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#[repr(transparent)]
pub struct FileName(_);
Expand description

A file name in a TempFile or multipart DataField.

A Content-Disposition header, either in a response or a multipart field, can optionally specify a filename directive as identifying information for the attached file. This type represents the value of that directive.

Safety

There are no restrictions on the value of the directive. In particular, the value can be wholly unsafe to use as a file name in common contexts. As such, Rocket sanitizes the value into a version that is safe to use as a file name in common contexts; this sanitized version can be retrieved via FileName::as_str() and is returned by TempFile::name().

You will likely want to prepend or append random or user-specific components to the name to avoid collisions; UUIDs make for a good “random” data. You may also prefer to avoid the value in the directive entirely by using a safe, application-generated name instead.

Implementations

Wraps a string as a FileName. This is cost-free.

Example
use rocket::fs::FileName;

let name = FileName::new("some-file.txt");
assert_eq!(name.as_str(), Some("some-file"));

let name = FileName::new("some-file.txt");
assert_eq!(name.dangerous_unsafe_unsanitized_raw(), "some-file.txt");

The sanitized file name, stripped of any file extension and special characters, safe for use as a file name.

Sanitization

A “sanitized” file name is a non-empty string, stripped of its file extension, which is not a platform-specific reserved name and does not contain any platform-specific special characters.

On Unix, these are the characters '.', '/', '\\', '<', '>', '|', ':', '(', ')', '&', ';', '#', '?', '*'.

On Windows (and non-Unix OSs), these are the characters '.', '<', '>', ':', '"', '/', '', '|', '?', '*', ',', ';', '=', '(', ')', '&', '#', and the reserved names "CON", "PRN", "AUX", "NUL", "COM1", "COM2", "COM3", "COM4", "COM5", "COM6", "COM7", "COM8", "COM9", "LPT1", "LPT2", "LPT3", "LPT4", "LPT5", "LPT6", "LPT7", "LPT8", "LPT9".

Additionally, all control characters are considered “special”.

An attempt is made to transform the raw file name into a sanitized version by identifying a valid substring of the raw file name that meets this criteria. If none is found, None is returned.

Example
use rocket::fs::FileName;

let name = FileName::new("some-file.txt");
assert_eq!(name.as_str(), Some("some-file"));

let name = FileName::new("some-file.txt.zip");
assert_eq!(name.as_str(), Some("some-file"));

let name = FileName::new("../../../../etc/shadow");
assert_eq!(name.as_str(), Some("shadow"));

let name = FileName::new("/etc/.shadow");
assert_eq!(name.as_str(), Some("shadow"));

let name = FileName::new("/a/b/some/file.txt.zip");
assert_eq!(name.as_str(), Some("file"));

let name = FileName::new("/a/b/some/.file.txt.zip");
assert_eq!(name.as_str(), Some("file"));

let name = FileName::new("/a/b/some/.*file.txt.zip");
assert_eq!(name.as_str(), Some("file"));

let name = FileName::new("a/\\b/some/.*file<.txt.zip");
assert_eq!(name.as_str(), Some("file"));

let name = FileName::new(">>>.foo.txt");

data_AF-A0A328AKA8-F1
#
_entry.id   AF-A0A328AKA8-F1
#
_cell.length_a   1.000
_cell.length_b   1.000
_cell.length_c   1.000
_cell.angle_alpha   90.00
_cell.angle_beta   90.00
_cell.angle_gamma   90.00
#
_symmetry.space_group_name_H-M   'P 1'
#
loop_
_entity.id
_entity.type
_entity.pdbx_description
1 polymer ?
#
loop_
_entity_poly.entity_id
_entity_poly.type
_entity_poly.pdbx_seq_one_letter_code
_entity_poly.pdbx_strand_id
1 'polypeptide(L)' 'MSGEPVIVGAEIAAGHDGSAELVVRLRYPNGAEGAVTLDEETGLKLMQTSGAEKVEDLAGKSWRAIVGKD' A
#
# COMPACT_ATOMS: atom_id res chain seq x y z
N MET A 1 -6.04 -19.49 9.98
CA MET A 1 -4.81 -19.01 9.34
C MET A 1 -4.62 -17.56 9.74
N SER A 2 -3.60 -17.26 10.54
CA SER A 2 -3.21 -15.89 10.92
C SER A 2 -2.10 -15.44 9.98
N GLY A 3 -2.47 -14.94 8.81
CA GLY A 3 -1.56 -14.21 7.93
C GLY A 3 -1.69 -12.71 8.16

assert_eq!(name.as_str(), Some("foo"));

let name = FileName::new("b:c");
#[cfg(unix)] assert_eq!(name.as_str(), Some("b"));
#[cfg(not(unix))] assert_eq!(name.as_str(), Some("c"));

let name = FileName::new("//./.<>");
assert_eq!(name.as_str(), None);

Returns true if the complete raw file name is safe.

Note that .as_str() returns a safe subset of the raw file name, if there is one. If this method returns true, then that subset is the complete raw file name.

This method should be use sparingly. In particular, there is no advantage to calling is_safe() prior to calling as_str(); simply call as_str().

Example
use rocket::fs::FileName;

let name = FileName::new("some-file.txt");
assert_eq!(name.as_str(), Some("some-file"));
assert!(!name.is_safe());

let name = FileName::new("some-file");
assert_eq!(name.as_str(), Some("some-file"));
assert!(name.is_safe());

The raw, unsanitized, potentially unsafe file name. Prefer to use FileName::as_str(), always.

⚠️ DANGER ⚠️

This method returns the file name exactly as it was specified by the client. You should not use this name unless you require the originally specified filename and it is known not to contain special, potentially dangerous characters, and:

  1. All clients are known to be trusted, perhaps because the server only runs locally, serving known, local requests, or…

  2. You will not use the file name to store a file on disk or any context that expects a file name and you will not use the extension to determine how to handle/parse the data, or…

  3. You will expertly process the raw name into a sanitized version for use in specific contexts.

If not all of these cases apply, use FileName::as_str().

Example
use rocket::fs::FileName;

let name = FileName::new("some-file.txt");
assert_eq!(name.dangerous_unsafe_unsanitized_raw(), "some-file.txt");

let name = FileName::new("../../../../etc/shadow");
assert_eq!(name.dangerous_unsafe_unsanitized_raw(), "../../../../etc/shadow");

let name = FileName::new("../../.ssh/id_rsa");
assert_eq!(name.dangerous_unsafe_unsanitized_raw(), "../../.ssh/id_rsa");

let name = FileName::new("/Rocket.toml");
assert_eq!(name.dangerous_unsafe_unsanitized_raw(), "/Rocket.toml");

Trait Implementations

Formats the value using the given formatter. Read more

Converts to this type from the input type.

Auto Trait Implementations

Blanket Implementations

Gets the TypeId of self. Read more

Immutably borrows from an owned value. Read more

Mutably borrows from an owned value. Read more